Business Law: Corporate Formalities Can Be Indispensable

March 29, 2008

The Delaware Supreme Court issued a recent decision which illustrates the importance of complying with corporate formalities. Reddy v. MBKS Company Limited, et al. (March 3, 2008). Many businesses are incorporated in Delaware, and corporate law decisions by Delaware courts are often influential in other states.

Background. In the Delaware litigation, an individual claimed that he was the owner of stock in two Delaware corporations. The parties to the litigation did not dispute that agreements were made intending to change the authorized capital of the corporations, that Boards of Directors' resolutions were adopted to cancel shares of stock and to issue stock to the individual, that the word "Cancelled" was written across stock certificates intended to be cancelled, and that new stock certificates were issued to the individual.

The Delaware Supreme Court ruled that the attempted cancellation of stock was not legally effective since the required formalities under Delaware law were not followed. The Court explained that in order to change the authorized capital of a Delaware corporation, Delaware law requires that (1) the Board of Directors must authorize an amendment to the charter of the corporation, (2) the stockholders must approve the amendment, and (3) the amendment must be filed with the Delaware Secretary of State. Since all of these requirements were not satisfied, the cancellation was not legally effective. The Court concluded that the individual did not own any stock in the Delaware corporations.

While the Reddy decision was based on Delaware law, the same result would occur under New York law. In order to change a New York corporation's authorized capital, the Board and the stockholders must approve an amendment of the charter to the corporation, and the amendment must be filed with the New York Secretary of State.

Significance. The recent Delaware Supreme Court decision is a reminder that the officers and the directors of corporations should assure that corporate formalities are followed. If corporate formalities are not followed, the desired result may not be implemented. For example, if a corporation decides to change its capital structure, usually, both the Board and the stockholders must formally agree to the change, and the change must be documented in the corporation's charter filed with the Secretary of State. Other examples of corporate formalities are holding regular Board meetings and stockholders meetings, and keeping accurate meeting minutes.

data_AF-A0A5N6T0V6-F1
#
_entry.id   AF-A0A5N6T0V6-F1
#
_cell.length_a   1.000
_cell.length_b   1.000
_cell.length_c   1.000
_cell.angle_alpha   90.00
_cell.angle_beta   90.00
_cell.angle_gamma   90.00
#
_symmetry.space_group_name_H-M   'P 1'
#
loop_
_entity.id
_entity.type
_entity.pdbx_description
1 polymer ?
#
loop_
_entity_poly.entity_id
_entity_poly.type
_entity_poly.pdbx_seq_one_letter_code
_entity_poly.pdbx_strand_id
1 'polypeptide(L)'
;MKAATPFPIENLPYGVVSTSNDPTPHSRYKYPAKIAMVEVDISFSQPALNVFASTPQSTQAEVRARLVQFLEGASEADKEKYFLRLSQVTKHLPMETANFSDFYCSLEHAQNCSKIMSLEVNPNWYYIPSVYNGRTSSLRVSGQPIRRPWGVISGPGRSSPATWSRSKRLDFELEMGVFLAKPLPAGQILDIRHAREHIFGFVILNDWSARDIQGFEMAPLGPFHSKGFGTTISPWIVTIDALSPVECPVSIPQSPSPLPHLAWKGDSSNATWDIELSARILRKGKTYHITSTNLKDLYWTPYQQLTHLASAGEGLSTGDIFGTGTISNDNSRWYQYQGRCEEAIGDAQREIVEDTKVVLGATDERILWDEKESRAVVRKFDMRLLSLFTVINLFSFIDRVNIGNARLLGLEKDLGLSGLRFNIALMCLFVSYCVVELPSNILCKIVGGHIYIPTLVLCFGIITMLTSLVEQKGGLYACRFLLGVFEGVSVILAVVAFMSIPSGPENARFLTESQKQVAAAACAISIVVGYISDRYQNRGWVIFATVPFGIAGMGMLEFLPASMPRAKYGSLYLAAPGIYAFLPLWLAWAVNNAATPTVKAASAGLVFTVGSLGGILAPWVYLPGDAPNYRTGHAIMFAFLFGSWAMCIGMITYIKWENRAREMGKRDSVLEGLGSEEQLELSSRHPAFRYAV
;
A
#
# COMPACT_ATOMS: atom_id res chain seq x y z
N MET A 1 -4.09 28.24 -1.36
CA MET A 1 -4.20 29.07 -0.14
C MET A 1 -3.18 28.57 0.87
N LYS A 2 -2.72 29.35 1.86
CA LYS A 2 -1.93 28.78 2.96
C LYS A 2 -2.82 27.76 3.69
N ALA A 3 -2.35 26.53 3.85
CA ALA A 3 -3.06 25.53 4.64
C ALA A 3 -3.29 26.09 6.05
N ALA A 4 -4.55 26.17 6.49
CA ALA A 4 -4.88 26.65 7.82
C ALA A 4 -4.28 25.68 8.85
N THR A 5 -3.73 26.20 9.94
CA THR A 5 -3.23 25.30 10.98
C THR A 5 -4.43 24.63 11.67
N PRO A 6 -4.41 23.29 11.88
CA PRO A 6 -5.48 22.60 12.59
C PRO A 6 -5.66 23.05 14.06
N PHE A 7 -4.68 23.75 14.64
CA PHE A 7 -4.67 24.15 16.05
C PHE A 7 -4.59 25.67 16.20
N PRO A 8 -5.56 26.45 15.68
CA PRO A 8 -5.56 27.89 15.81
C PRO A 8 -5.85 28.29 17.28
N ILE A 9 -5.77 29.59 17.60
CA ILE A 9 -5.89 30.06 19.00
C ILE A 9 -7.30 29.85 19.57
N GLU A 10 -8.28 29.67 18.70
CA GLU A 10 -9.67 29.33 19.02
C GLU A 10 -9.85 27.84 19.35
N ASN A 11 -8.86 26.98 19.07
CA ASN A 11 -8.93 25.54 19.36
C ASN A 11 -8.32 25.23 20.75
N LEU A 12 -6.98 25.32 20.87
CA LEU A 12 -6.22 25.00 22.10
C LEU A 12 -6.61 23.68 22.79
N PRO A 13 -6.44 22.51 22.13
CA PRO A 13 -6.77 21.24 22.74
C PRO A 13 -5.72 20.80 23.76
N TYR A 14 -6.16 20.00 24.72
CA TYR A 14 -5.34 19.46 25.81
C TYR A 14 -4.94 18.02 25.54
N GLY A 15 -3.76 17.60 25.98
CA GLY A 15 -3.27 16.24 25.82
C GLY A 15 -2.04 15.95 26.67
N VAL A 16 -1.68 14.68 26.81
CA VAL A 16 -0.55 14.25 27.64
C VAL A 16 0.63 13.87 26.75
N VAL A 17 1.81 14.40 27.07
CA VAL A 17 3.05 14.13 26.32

"Piercing the Corporate Veil". In addition to complying with corporate formalities in order to effectuate desired changes, there is another compelling reason to be sure that corporate formalities are followed. As a general principle, a corporation exists independently of its stockholders, and the stockholders are not normally liable for the corporation's debts. However, a court may allow creditors and claimants to disregard the corporation and hold the stockholders personally liable for the corporation's debts by "piercing the corporate veil" protecting the stockholders. An important factor which a court considers in deciding whether the limited liability protection should be pierced (ignored) is whether corporate formalities have been followed in the operation of the corporation and in its documentation.

Limited liability for stockholders is a bedrock of corporate law -- absent fraud or a failure to follow corporate formalities, stockholders, in most cases, are only at risk for the amounts invested in the corporation. But, if corporate formalities have not been followed, stockholders can be at risk that creditors and claimants may be able to pierce the shield of limited liability and reach the stockholders' personal assets to satisfy corporate debt.

Complying with corporate formalities is also important to assure that related, affiliated, and/or sister corporate entities are liable only for debts incurred by each separate corporate entity. In situations where related corporate entities are encountering financial distress and creditor pressures, it is essential that each entity complies with corporate formalities. In certain situations, where formalities have not been complied with, including transfers of assets between related corporations without regard to the separate nature of each entity, courts have pierced (ignored) the separate corporate entities and merged or "substantially consolidated" separate corporate entities making the one consolidated corporate entity liable for all debts incurred by each of the previously separate corporate entities. Essentially, a court can pool the assets of the consolidated entities making them available to all creditors.

Compliance with corporate formalities can be indispensable to achieving intended results such as a change in capital structure, avoiding the risk that stockholders will be liable for corporate debt by "piercing the corporate veil," and avoiding the risk that separate but related corporate entities could be held liable for the debts of all the corporate entities.

If you have any questions or desire more information about required corporate formalities, please contact your BSK attorney or one of the attorneys listed below.

In Central New York, call 315-218-8000 or e-mail:

Ronald C. Berger
Stephen A. Donato
David M. Hayes
Thomas L. Kennedy

In the New York Metro area, call 646-253-2300 or e-mail:

Louis P. DiLorenzo


In the Capital District, call 518-533-3000 or e-mail:

Gregory J. Champion

In Western New York, call 716-566-2800 or e mail:

Robert A. Doren